CONCLUSION

According to the result, it can be concluded that in sacco technique can be as a novel strategy for the determination of ruminal degradability of soybean, canola and cottonseed meal through the use of fistulated sheep. However, results show that cottonseed meal is less degradable and, thus resulted in higher rumen undegradable protein.

ACKNOWLEDMENT

The authors wish to thank Islamic Azad University, Ghaemshahr Branch, Iran and Behshahr Behpak Industrial Company for their cooperation.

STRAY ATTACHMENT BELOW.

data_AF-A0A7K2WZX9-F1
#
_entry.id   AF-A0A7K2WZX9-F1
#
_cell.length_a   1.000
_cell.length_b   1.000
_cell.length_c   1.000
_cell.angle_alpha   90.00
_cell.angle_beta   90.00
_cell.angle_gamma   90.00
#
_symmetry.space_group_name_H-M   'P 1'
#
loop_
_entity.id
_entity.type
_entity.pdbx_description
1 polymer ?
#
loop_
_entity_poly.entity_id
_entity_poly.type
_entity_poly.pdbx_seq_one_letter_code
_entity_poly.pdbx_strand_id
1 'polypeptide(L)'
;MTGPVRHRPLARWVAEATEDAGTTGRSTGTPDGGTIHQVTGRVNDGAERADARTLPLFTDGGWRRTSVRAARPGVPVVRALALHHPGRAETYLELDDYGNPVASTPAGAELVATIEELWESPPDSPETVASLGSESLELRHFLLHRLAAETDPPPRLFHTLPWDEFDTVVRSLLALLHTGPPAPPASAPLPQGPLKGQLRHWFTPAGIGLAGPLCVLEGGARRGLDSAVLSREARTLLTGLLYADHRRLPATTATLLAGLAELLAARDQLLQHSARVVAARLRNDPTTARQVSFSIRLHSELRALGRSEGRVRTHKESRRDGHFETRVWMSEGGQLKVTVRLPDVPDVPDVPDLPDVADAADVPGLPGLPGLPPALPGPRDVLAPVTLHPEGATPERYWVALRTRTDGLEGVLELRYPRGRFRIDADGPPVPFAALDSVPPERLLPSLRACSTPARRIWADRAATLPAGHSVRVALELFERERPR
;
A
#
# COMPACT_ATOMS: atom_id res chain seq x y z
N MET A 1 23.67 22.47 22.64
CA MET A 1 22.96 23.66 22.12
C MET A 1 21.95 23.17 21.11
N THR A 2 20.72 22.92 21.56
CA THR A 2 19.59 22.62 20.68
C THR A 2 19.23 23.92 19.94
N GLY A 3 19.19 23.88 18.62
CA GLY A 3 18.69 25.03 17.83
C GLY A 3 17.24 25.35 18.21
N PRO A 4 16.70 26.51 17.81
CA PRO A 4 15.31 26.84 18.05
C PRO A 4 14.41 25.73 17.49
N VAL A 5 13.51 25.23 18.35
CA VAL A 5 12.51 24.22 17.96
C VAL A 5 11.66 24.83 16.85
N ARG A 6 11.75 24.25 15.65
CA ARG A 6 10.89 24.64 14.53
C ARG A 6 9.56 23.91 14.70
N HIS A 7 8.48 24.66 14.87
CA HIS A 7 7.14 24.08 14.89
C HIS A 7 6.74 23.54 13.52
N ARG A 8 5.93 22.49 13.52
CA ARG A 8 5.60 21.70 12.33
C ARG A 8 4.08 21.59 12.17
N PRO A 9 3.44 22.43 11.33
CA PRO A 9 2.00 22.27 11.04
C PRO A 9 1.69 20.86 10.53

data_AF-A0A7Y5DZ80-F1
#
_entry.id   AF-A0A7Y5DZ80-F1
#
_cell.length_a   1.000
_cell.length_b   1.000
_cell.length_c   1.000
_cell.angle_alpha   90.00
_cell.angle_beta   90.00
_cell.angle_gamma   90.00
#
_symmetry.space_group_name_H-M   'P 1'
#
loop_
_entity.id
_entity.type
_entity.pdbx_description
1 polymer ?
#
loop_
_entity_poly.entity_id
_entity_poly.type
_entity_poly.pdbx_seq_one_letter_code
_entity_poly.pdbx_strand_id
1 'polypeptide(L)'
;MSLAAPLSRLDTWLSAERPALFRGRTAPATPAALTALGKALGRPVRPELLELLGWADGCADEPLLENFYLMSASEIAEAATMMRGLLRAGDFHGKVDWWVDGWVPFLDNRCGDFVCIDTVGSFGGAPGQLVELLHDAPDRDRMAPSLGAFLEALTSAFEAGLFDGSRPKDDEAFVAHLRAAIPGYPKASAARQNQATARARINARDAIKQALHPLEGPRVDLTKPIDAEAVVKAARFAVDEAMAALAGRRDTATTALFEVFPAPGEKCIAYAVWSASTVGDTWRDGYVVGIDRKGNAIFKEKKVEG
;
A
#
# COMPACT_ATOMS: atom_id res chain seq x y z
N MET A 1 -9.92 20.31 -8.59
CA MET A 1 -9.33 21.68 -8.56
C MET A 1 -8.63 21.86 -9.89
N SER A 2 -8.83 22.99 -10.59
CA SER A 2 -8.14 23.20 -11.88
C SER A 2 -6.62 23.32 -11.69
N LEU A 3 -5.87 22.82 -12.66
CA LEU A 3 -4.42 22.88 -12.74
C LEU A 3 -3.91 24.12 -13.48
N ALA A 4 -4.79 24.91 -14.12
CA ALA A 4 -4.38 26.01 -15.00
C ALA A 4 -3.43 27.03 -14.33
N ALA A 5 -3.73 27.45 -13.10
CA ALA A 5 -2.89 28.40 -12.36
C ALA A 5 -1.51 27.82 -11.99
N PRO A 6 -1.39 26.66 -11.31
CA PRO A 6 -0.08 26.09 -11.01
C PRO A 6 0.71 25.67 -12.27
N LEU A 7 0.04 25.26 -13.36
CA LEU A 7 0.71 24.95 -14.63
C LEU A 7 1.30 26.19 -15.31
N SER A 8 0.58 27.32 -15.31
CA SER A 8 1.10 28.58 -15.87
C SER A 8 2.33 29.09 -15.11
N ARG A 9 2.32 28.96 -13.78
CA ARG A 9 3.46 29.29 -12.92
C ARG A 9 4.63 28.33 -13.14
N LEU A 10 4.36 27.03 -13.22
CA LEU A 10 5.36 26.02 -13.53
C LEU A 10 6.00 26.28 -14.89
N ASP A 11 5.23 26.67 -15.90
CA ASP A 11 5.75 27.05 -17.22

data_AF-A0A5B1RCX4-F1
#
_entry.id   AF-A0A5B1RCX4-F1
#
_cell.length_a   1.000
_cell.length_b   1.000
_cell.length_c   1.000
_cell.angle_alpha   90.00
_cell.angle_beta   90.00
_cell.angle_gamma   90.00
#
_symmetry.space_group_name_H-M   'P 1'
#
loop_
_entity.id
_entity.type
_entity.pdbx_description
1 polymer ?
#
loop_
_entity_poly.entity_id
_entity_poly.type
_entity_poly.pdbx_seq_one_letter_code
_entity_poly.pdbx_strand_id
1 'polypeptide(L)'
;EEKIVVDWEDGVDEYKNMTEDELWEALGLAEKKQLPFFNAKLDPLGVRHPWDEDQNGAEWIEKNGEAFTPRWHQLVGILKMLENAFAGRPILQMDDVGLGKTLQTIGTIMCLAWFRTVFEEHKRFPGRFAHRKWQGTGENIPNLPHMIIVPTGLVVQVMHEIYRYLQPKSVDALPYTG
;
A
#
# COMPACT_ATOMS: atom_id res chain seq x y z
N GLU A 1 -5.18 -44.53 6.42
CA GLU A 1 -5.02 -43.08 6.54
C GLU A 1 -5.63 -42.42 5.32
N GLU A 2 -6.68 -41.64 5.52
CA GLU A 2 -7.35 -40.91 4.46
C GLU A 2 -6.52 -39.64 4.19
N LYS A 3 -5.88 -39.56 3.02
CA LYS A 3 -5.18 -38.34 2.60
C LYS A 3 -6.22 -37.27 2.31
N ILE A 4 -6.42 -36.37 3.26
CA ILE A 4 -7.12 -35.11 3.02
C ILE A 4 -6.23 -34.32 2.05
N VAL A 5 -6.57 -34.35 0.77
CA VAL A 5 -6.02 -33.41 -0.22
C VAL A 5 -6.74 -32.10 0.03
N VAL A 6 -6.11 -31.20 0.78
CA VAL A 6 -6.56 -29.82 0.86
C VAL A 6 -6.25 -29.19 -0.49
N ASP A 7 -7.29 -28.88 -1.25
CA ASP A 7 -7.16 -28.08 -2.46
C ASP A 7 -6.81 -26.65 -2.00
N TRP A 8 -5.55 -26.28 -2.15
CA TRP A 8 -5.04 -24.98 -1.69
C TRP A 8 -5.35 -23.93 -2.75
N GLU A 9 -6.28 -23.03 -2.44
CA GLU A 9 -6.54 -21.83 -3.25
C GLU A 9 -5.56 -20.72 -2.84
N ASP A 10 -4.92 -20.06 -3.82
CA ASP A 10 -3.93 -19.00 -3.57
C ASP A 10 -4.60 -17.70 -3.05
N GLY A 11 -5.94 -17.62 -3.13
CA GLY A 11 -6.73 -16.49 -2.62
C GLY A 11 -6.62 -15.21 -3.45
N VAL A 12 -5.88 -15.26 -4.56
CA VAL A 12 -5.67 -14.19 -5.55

REFERENCES

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2:  AOAC, 1990. Official Methods of Analysis. 15th Edn., Association of Official Analytical Chemists, Washington, DC., USA., pp: 200-210
Direct Link  |  

3:  Khorshidi, K.J., M. Rezaean, M. Zahedifar and S.A. Mirhadi, 2007. Effect of defaunating the rumen of sheep fed various diets on gas production in vitro. Pajouhesh-Va-Sazandegi, 19: 30-35.
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10:  SAS, 1996. SAS/STAT User's Guide. 4th Edn., SAS Institute Inc., Cary, NC

11:  USDA, 2004. Agricultural statistics annual 2004. United States Department of Agriculture.